A new template for nonspherical viral nanocage

(Nanowerk News) In nature, viruses use nanocages to protect their genome. Some of these viruses can be disassembled into protein units to remove their genome. These protein units can then be reassembled into nanocages by other templates, the so-called virus-like particles. For her PhD thesis, University of Twente candidate Shuqin Cao worked on a new template for these virus-like particles to use them in several different biomedical applications.
Cao worked on the Cowpea Chlorotic Mottic Virus (CCMV). CCMV is – as the name suggests – a plant virus, which is very easy to produce, is not harmful to humans and has been utilized for drug and gene delivery. Normally CCMV is spherical and due to its natural structure, the nanocage has limitations for the encapsulation of non-spherical functional cargo.

Coating nanodiamonds

Cao was able to coat different inorganic, non-spherical materials such as fluorescent nanodiamonds (fNDs), with the proteins of the CCMV nanocage. These extremely small diamonds emit light when hit with yellow light, making it possible to track them. “By coating the fNDs with proteins of CCMV, cells were able to uptake the fNDs, which is unique”, says Cao. The coating of the proteins acts like a barrier that protects the cargo from its environment but also protects the environment from the cargo.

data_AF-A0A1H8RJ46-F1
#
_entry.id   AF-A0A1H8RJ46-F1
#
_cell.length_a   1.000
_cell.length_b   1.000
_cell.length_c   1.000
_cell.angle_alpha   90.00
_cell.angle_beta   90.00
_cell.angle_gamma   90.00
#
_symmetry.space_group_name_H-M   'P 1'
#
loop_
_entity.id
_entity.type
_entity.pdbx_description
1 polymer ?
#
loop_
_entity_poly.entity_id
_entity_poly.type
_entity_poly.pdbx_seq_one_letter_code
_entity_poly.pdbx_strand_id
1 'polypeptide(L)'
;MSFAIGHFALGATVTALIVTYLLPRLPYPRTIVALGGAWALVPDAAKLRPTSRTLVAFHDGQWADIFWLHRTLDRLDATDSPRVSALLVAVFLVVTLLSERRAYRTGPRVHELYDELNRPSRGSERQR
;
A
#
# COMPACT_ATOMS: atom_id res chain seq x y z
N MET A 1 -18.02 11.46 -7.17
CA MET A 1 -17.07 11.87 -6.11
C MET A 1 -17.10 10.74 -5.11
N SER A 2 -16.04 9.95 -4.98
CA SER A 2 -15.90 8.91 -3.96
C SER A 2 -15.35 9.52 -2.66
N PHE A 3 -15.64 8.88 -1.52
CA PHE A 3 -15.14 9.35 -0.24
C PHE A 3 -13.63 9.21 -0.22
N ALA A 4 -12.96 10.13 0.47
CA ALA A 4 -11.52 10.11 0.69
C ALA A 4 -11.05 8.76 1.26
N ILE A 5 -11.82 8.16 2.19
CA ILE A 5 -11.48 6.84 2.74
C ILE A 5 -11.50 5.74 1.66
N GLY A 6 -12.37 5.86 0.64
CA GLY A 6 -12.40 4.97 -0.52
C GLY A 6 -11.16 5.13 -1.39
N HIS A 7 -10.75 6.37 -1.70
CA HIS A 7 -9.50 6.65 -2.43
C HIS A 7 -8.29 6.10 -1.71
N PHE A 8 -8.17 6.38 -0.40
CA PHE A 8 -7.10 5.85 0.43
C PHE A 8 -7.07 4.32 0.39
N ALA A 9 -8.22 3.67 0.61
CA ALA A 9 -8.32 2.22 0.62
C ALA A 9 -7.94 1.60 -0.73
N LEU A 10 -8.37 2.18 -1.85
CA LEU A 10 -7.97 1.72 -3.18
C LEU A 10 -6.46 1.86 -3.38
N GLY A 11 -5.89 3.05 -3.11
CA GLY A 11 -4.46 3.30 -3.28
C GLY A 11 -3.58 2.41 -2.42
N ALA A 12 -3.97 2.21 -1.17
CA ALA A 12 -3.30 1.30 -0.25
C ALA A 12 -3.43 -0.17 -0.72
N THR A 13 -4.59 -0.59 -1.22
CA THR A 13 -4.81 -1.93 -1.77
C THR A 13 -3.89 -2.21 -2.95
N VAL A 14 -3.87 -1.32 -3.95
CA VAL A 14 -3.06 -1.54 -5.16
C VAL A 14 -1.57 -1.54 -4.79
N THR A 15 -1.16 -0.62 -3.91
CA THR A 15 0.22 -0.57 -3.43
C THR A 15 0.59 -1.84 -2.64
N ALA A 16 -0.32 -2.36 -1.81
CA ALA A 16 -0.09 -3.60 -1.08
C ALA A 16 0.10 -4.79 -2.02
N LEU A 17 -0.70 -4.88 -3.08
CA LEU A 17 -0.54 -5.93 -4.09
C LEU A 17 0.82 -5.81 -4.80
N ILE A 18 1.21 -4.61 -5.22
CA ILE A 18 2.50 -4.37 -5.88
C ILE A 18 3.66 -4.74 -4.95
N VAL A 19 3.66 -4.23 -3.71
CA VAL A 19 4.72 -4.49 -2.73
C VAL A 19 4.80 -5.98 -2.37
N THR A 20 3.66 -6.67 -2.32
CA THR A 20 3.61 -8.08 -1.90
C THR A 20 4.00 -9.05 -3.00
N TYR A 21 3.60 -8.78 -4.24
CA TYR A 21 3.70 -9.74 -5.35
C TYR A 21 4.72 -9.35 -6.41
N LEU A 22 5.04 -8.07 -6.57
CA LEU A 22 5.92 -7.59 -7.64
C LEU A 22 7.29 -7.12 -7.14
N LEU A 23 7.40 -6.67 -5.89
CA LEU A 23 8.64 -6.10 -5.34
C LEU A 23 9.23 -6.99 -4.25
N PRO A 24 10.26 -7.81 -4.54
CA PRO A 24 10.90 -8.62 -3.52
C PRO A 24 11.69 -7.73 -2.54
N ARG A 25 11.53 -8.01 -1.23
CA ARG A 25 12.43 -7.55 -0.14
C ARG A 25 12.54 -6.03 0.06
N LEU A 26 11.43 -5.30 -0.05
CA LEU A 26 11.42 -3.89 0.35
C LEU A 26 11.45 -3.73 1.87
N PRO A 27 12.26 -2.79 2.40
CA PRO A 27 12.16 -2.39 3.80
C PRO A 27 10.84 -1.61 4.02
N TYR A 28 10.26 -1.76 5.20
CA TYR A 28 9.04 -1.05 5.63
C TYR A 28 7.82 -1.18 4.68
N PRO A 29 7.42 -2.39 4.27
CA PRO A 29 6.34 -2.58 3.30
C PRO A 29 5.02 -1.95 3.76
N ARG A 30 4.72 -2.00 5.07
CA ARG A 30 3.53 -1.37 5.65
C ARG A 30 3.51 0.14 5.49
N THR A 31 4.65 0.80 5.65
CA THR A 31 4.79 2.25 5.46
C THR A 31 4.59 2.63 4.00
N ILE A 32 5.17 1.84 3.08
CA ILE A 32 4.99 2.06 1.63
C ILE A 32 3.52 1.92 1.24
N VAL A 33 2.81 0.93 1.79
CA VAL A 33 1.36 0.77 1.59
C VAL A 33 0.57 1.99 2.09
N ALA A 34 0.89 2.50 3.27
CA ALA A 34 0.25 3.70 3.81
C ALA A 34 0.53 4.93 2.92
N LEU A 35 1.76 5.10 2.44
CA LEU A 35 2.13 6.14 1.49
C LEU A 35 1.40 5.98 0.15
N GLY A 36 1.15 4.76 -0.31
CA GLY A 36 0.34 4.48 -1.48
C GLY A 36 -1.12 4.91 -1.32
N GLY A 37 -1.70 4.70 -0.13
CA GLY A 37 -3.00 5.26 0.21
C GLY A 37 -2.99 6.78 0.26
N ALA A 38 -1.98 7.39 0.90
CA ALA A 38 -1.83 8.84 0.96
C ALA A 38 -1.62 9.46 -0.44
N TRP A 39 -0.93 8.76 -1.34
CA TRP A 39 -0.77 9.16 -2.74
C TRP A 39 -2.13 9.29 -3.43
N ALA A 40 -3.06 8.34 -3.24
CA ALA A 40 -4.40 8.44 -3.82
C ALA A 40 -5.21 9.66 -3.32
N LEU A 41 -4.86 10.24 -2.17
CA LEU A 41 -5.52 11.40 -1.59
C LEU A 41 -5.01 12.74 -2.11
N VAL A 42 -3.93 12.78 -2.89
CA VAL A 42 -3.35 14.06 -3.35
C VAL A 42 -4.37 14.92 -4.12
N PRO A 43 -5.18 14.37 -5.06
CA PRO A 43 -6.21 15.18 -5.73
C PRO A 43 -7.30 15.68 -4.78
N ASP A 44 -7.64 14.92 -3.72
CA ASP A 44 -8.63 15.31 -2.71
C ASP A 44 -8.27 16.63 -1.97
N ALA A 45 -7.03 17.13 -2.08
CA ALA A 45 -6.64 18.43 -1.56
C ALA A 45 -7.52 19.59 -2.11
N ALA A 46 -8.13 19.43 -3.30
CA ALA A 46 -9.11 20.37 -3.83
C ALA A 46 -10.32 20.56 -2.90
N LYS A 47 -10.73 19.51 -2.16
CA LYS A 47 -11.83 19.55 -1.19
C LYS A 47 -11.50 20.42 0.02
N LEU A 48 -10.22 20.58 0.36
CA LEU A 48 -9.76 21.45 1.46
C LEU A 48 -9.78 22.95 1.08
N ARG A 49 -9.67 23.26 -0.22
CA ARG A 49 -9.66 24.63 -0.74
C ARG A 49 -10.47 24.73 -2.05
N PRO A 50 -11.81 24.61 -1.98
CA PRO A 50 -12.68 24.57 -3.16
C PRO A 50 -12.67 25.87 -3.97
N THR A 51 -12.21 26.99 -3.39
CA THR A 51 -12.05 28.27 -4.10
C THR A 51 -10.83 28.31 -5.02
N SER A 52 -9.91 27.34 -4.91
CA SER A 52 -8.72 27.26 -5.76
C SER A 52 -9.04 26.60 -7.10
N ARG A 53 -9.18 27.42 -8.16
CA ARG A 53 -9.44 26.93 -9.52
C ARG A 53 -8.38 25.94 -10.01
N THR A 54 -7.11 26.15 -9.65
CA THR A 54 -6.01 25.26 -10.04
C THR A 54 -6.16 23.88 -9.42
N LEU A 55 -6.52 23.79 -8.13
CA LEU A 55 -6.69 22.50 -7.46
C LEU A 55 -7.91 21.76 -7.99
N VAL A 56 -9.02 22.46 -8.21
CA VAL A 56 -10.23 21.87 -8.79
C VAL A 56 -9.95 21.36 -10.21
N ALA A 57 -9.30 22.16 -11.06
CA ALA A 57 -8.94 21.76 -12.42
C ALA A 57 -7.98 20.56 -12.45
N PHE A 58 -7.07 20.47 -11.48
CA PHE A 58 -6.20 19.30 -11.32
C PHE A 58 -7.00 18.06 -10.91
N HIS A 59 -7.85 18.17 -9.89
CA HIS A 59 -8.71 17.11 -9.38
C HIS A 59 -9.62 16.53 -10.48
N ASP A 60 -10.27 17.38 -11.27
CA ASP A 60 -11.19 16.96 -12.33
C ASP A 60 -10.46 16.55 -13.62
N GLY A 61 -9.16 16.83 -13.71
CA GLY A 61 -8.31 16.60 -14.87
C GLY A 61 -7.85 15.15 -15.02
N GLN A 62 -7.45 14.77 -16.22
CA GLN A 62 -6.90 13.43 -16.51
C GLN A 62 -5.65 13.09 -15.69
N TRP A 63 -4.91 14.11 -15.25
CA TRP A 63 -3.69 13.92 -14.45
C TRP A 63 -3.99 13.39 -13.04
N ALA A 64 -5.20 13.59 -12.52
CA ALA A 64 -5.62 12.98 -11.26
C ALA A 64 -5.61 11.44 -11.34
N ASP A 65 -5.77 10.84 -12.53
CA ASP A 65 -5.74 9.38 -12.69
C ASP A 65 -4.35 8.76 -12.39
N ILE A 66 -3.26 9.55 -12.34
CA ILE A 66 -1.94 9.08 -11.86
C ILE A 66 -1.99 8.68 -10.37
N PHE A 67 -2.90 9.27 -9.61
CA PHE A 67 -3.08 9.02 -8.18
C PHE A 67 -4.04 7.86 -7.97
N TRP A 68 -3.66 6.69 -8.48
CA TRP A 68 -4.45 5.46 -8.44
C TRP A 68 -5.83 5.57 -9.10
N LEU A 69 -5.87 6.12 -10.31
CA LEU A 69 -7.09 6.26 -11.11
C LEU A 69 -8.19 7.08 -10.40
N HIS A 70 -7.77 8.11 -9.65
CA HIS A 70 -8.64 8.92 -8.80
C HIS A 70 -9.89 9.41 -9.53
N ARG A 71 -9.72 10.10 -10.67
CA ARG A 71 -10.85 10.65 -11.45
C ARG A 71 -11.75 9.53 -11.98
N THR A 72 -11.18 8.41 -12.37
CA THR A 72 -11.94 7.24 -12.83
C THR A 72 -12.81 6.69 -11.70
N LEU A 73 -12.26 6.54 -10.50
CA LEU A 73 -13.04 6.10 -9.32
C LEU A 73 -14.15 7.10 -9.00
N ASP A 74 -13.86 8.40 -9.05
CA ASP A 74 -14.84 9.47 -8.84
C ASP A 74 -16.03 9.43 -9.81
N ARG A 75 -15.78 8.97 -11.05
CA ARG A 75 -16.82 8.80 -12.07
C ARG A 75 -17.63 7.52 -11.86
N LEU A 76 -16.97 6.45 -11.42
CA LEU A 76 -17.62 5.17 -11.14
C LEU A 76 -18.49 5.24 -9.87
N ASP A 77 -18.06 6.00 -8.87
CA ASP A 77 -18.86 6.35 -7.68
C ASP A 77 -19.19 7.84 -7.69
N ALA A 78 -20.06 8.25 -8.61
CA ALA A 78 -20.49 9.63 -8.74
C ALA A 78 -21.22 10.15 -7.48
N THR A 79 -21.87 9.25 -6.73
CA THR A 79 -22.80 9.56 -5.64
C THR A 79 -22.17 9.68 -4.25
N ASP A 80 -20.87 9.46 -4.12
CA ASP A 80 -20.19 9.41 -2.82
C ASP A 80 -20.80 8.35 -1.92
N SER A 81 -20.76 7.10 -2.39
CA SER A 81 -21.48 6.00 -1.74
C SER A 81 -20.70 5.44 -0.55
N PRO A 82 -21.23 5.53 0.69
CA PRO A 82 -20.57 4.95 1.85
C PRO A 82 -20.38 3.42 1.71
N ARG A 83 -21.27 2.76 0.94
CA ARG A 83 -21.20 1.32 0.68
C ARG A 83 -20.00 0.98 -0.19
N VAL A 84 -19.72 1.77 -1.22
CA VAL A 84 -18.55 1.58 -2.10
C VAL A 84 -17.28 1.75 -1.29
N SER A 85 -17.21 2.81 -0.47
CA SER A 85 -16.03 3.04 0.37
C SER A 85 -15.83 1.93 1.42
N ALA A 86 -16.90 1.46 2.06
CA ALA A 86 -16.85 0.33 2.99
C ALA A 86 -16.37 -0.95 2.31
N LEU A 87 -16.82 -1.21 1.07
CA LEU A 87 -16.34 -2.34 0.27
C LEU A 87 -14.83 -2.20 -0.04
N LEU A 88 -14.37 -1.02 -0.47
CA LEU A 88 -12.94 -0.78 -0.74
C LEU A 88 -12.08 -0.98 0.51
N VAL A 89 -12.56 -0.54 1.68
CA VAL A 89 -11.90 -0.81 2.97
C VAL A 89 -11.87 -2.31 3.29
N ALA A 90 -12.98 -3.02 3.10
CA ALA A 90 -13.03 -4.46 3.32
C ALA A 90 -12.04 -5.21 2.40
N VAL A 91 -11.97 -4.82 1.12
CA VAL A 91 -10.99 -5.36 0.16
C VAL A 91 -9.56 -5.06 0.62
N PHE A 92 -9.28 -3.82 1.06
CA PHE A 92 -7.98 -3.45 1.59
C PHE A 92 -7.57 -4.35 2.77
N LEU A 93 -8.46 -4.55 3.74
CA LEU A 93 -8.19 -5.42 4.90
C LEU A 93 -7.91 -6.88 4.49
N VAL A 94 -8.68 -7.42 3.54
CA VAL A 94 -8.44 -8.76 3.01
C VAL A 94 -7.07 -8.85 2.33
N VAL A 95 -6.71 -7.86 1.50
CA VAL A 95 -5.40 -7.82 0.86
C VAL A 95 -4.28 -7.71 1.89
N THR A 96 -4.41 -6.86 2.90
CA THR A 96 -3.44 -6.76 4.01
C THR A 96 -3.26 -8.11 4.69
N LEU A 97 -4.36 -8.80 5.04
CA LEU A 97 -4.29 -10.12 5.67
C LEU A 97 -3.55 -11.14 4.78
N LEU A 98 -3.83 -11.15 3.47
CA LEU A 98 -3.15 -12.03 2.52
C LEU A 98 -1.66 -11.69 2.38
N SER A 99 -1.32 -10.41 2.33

In her PhD thesis, Cao describes two other examples of cargo with biomedical applications that she was able to coat with the protein of CCMV. For example, gold nanorods and carbon nanotubes.
“Gold nanorods can be used for bioimaging, just like fNDs but also for other applications like destroying unwanted (cancer) cells”, says Cao.
The heat that gold nanorods create when hit with green light can cause intensive cell death. Instead of using a coating that is also toxic for the rest of the body, CCMV proteins can be used as a safe alternative.

Other shapes

According to Cao, this principle of coating the cargo with proteins could be extended to other kinds of nanocages. There are also still some challenges to overcome, such as the stability of the used proteins. Nevertheless, protein nanocages have great potential as building blocks to create more functional materials.
Shuqin Cao was born in Chongqing, China. In September 2015 Shuqin started her PhD in the Biomolecular Nanotechnology group (BNT, Faculty of TNW) under the supervision of Prof. Dr. Jeroen J.L.M. Cornelissen. Combining aspects from polymer and supramolecular chemistry, she aimed to control the assembly behaviour of virus-like particles. She carried out her research in collaboration with Prof. Tanja Weil group from the Max Planck Institute for Polymer Research and the MESA+ Institute for Nanotechnology.
Source: University of Twente
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